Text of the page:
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ERMA Legal Update: Legal Obligations Related to Managing Employee Requests for Religious Accommodations
Given the recent COVID-19 vaccination mandates by state and local health authorities and mandatory vaccination policies adopted by a growing number of public agencies, many employees are asserting that they qualify for exemptions from such mandates due to the religious protections afforded to them under Title VII of the Civil Rights Act of 1964 (“Title VII”) and the Fair Employment and Housing Act (“FEHA”). These requests for religious accommodations, and the skepticism about their veracity, have caused employers to consider how to handle requests for religious accommodations. It is important that employers know their employees’ rights so that they can make the best decisions regarding such requests for accommodation.
Title VII and FEHA prohibit religious discrimination in employment and provide workplace protections to employees who decline COVID-19 vaccinations because of their sincerely held religious beliefs. As a result, many employees, including some with newfound religious objections to vaccination, are seeking to avoid compliance with the COVID-19 vaccination requirements by seeking a religious accommodation. For employers seeking to comply with lawful health orders or to promote the health and safety of their workforce, employee requests for accommodation may seem unreasonable and unfounded.
Because religious accommodation requests are uncommon, employers may feel they are navigating through unchartered waters. The purpose of this update is to review and analyze important concepts related to religion and religious beliefs, analyze employers’ obligations and provide practical guidance to employers for approaching employee requests for accommodation.
Employees with sincerely held religious beliefs may request an exemption from employer policies or practices that conflict with their beliefs. Employers must provide such employees reasonable accommodations to the extent that they do not impose an undue hardship on the employer or its operations.
The Nature of a Religious Belief
One of the difficulties in responding to religious accommodation requests stems from how broadly the Courts define “religious beliefs”.
Under Title VII and FEHA, “religion” or “religious creed” includes all aspects of religious belief, observance and practice. Courts extend this inclusive principle to “religious beliefs” providing that:
- The beliefs include those that are commonly associated with the teachings or tenets of the established world religions (e., Christianity, Judaism, Islam, Hinduism, and Buddhism).
- This can include new and uncommon beliefs, and those that are not connected with any religious group.
- The beliefs need not be strictly religious, so long as they are moral or ethical, and provide for what is right and wrong.
- The beliefs must be held with the sincerity and strength of traditional religious views.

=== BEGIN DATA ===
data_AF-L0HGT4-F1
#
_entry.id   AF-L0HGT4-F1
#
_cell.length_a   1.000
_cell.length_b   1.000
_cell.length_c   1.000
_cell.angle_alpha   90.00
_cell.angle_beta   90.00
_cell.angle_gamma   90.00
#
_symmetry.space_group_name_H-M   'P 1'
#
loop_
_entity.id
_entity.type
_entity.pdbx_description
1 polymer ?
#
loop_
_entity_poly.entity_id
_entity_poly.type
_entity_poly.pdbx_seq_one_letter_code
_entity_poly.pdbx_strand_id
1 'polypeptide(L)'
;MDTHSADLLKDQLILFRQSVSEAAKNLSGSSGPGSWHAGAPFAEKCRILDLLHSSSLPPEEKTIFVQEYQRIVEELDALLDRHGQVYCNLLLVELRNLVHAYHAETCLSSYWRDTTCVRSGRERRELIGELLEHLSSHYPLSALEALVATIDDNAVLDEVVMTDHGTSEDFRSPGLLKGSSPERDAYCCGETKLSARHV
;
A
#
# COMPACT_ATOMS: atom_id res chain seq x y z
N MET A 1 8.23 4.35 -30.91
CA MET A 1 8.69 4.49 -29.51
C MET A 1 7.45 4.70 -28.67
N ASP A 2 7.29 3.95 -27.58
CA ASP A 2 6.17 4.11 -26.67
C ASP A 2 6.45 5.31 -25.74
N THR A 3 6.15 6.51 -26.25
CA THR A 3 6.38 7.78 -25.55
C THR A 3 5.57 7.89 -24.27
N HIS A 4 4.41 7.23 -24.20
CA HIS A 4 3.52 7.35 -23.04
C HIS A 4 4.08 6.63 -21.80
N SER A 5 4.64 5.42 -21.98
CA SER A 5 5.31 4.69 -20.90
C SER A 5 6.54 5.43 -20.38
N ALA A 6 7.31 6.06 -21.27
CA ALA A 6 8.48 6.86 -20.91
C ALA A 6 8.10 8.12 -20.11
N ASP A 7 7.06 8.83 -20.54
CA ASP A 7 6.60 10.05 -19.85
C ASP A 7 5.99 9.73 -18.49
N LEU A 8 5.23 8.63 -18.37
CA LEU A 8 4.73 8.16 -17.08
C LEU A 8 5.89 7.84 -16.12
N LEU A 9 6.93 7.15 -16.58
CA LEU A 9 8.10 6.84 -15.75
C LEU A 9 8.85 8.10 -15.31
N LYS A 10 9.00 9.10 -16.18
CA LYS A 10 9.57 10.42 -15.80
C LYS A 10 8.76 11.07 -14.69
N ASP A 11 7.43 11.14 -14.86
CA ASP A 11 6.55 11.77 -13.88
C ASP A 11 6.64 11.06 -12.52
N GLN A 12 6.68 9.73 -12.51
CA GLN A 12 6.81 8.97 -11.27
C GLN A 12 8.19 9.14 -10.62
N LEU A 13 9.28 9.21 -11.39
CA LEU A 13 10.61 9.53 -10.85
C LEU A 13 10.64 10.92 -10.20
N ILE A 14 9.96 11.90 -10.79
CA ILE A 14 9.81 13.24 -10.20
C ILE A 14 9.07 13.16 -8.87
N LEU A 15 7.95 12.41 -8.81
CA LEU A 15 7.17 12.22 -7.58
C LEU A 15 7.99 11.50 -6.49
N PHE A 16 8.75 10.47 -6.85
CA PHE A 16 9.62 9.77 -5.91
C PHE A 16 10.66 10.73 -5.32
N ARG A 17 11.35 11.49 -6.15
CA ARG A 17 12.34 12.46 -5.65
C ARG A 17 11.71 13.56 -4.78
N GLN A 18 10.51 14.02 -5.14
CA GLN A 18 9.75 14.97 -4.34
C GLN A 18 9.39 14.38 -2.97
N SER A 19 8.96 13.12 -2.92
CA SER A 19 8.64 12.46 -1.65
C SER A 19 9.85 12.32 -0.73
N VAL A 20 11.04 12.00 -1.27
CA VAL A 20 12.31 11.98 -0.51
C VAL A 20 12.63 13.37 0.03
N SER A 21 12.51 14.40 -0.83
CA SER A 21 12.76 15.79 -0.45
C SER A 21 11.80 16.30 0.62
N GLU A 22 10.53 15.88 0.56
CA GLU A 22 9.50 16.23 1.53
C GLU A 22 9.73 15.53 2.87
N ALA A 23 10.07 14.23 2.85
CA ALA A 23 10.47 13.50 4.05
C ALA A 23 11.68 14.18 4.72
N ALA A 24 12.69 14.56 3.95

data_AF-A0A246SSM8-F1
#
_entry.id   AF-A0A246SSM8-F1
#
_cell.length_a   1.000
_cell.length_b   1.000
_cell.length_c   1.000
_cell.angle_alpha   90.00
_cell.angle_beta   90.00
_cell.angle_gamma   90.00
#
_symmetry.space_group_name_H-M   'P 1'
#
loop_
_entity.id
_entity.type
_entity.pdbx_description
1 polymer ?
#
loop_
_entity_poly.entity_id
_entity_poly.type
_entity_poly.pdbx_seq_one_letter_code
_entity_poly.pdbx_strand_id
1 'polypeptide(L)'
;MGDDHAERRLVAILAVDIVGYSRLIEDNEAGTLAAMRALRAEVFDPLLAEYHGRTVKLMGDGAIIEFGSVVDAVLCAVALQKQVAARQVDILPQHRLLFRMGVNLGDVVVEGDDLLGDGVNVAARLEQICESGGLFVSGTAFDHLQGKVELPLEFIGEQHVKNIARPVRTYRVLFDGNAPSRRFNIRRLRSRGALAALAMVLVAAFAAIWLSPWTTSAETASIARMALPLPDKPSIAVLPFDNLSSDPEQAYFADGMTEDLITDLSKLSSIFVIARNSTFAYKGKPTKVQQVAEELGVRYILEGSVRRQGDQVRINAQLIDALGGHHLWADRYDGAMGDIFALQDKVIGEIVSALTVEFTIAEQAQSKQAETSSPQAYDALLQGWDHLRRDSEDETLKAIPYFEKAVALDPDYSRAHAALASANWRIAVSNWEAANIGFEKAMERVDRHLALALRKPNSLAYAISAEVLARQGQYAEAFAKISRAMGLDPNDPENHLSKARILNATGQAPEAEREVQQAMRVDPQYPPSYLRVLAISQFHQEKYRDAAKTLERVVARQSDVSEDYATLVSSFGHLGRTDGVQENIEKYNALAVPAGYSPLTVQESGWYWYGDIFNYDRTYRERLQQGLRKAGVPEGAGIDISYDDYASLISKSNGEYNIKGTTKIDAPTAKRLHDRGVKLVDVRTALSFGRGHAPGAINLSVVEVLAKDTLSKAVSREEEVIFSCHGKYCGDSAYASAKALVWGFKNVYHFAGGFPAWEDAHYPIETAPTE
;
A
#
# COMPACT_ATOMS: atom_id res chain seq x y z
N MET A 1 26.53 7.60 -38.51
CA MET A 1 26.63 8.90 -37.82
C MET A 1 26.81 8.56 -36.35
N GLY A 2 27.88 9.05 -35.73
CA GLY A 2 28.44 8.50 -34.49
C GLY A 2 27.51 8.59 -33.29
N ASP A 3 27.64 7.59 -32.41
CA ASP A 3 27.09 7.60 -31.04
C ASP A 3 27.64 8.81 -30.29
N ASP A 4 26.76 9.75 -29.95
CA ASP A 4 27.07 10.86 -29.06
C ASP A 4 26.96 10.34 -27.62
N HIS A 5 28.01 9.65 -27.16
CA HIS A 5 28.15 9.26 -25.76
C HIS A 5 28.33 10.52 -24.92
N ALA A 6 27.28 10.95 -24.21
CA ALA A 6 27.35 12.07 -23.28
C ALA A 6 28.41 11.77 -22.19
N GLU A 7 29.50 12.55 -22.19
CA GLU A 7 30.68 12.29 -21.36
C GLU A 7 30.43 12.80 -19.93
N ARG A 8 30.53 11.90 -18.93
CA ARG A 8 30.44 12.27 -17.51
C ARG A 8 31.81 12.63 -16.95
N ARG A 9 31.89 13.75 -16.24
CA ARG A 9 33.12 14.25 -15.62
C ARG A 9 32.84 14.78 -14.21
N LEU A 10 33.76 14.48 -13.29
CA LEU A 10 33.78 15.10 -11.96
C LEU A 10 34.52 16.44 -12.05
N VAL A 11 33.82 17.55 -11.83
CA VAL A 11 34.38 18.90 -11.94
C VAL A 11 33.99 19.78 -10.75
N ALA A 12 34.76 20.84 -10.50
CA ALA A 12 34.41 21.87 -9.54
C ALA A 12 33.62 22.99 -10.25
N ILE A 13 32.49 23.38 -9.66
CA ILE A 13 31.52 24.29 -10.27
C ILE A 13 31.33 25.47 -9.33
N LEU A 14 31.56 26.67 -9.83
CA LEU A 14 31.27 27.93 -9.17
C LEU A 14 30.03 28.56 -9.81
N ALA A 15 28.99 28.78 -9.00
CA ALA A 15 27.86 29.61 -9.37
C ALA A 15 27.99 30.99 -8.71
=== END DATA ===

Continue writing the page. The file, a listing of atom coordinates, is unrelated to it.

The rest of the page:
In an attempt to provide structure to questions concerning whether an individual holds a religious belief, the United States Supreme Court developed the following standard:
- Whether the religion addresses fundamental and ultimate questions having to do with deep and imponderable matters;
- Whether the religion is comprehensive in nature and consists of a belief-system as opposed to an isolated teaching; and
- Whether the religion can be recognized by the presence of certain formal and external signs.
One Court applied these factors to an employee’s Title VII claim in opposition to a mandatory flu vaccination. The Court concluded that the employee’s beliefs that “one should not harm their own body” and that the “vaccine may do more harm than good” did not “address fundamental and ultimate questions having to do with deep and imponderable matters” and were not “comprehensive in nature” and was therefore not covered by Title VII.
While we advise employers against questioning the nature of employee’s belief-systems, where an employee does not sufficiently articulate that their opposition to vaccination is part of a larger belief-system, an employer could reasonably ask questions to ascertain how the employee’s opposition to vaccination fits within the belief system itself. For example, an employer could ask an employee to describe in what specific ways the employer’s COVID-19 vaccination requirement conflicts with the employee’s belief system. This question would require that the employee articulate their beliefs and would elicit information that would allow the employer to determine whether the employee’s opposition to vaccination was part of a larger system of beliefs or was merely an isolated belief in opposition to vaccination.
Any such inquiry by an employer should be individualized and should focus not on the employee’s stated religious practice (i.e., refusal to be vaccinated), but on whether such practice is actually part of and pursuant to a system of religious beliefs held by the employee.
Sincerity of a Religious Belief
An additional complication related to determining whether to engage in the interactive process with individual employees is related to the sincerity of the employee’s religious beliefs.
Courts recognize that an employee’s sincerity is largely a matter of individual credibility. However, there is not clear guidance as to what factors may sufficiently undermine an employee’s credibility concerning their religious beliefs. As such, many employers may be hesitant to reject religious accommodation requests because of concern that the employee may claim that the employer engaged in discriminatory conduct by failing to engage the employee in the interactive process.
Courts have cited the following factors as undermining an employee’s credibility, although it is unclear which, if any, factor or combination of factors would be sufficient to undermine an employee’s request for accommodation such that the employer need not engage in the interactive process: